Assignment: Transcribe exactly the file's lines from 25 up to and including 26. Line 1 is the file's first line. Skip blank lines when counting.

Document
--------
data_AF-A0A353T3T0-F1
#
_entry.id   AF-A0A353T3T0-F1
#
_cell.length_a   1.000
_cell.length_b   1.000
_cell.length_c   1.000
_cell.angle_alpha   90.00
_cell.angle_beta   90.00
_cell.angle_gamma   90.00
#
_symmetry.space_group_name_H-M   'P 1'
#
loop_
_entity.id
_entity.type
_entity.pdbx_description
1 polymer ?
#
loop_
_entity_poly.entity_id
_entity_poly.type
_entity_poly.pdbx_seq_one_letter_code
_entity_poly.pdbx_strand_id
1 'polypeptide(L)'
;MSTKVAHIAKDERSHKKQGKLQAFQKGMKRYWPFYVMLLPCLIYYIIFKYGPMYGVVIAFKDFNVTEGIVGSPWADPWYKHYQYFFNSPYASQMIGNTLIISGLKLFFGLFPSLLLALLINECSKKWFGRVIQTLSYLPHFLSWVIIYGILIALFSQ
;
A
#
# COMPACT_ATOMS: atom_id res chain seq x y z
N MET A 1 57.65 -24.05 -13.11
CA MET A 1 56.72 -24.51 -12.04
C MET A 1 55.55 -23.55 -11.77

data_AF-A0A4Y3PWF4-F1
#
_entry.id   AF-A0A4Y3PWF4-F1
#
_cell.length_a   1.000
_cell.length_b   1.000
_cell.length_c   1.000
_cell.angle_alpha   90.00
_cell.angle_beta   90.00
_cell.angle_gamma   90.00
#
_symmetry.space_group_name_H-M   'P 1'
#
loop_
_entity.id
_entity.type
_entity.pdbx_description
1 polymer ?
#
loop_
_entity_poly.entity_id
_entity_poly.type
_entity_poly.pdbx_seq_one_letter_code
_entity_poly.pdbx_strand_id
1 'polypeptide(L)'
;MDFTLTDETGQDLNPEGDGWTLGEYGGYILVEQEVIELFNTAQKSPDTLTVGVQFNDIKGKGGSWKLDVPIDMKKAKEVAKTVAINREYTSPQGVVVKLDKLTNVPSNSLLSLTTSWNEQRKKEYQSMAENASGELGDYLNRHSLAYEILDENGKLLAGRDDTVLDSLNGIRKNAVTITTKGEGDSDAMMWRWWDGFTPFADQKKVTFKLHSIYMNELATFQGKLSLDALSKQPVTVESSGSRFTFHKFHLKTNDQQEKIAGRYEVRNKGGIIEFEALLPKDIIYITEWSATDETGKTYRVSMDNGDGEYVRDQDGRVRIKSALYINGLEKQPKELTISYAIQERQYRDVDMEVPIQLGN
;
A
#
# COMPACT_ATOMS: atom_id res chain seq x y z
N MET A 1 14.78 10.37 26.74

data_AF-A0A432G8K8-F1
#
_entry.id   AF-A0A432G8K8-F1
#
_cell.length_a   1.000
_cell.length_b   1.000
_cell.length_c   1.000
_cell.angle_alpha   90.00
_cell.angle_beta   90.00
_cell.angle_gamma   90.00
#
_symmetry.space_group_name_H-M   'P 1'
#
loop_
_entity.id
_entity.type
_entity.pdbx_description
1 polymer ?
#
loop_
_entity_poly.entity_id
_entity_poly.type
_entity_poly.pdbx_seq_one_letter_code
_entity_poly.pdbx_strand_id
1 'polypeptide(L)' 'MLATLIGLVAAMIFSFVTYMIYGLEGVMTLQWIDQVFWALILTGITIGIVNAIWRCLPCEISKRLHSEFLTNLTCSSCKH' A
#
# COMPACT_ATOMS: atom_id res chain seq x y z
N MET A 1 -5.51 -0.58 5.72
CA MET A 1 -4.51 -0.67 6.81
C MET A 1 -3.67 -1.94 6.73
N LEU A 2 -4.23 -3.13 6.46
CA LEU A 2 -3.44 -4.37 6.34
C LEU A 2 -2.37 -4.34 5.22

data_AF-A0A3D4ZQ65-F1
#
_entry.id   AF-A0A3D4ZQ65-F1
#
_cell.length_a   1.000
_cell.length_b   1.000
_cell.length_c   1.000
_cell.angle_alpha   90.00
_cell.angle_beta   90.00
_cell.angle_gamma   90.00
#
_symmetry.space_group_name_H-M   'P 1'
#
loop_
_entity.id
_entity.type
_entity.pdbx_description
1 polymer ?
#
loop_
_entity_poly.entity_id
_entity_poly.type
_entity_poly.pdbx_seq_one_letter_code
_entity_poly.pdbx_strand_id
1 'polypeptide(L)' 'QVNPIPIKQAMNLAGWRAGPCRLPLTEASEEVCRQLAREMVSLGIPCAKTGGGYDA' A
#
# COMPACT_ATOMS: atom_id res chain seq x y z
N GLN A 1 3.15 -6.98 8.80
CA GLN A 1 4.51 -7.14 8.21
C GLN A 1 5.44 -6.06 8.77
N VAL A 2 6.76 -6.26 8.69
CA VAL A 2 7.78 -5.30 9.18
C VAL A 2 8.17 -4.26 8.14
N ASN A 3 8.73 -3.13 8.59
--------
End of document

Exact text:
1 'polypeptide(L)'
;MSTKVAHIAKDERSHKKQGKLQAFQKGMKRYWPFYVMLLPCLIYYIIFKYGPMYGVVIAFKDFNVTEGIVGSPWADPWYKHYQYFFNSPYASQMIGNTLIISGLKLFFGLFPSLLLALLINECSKKWFGRVIQTLSYLPHFLSWVIIYGILIALFSQ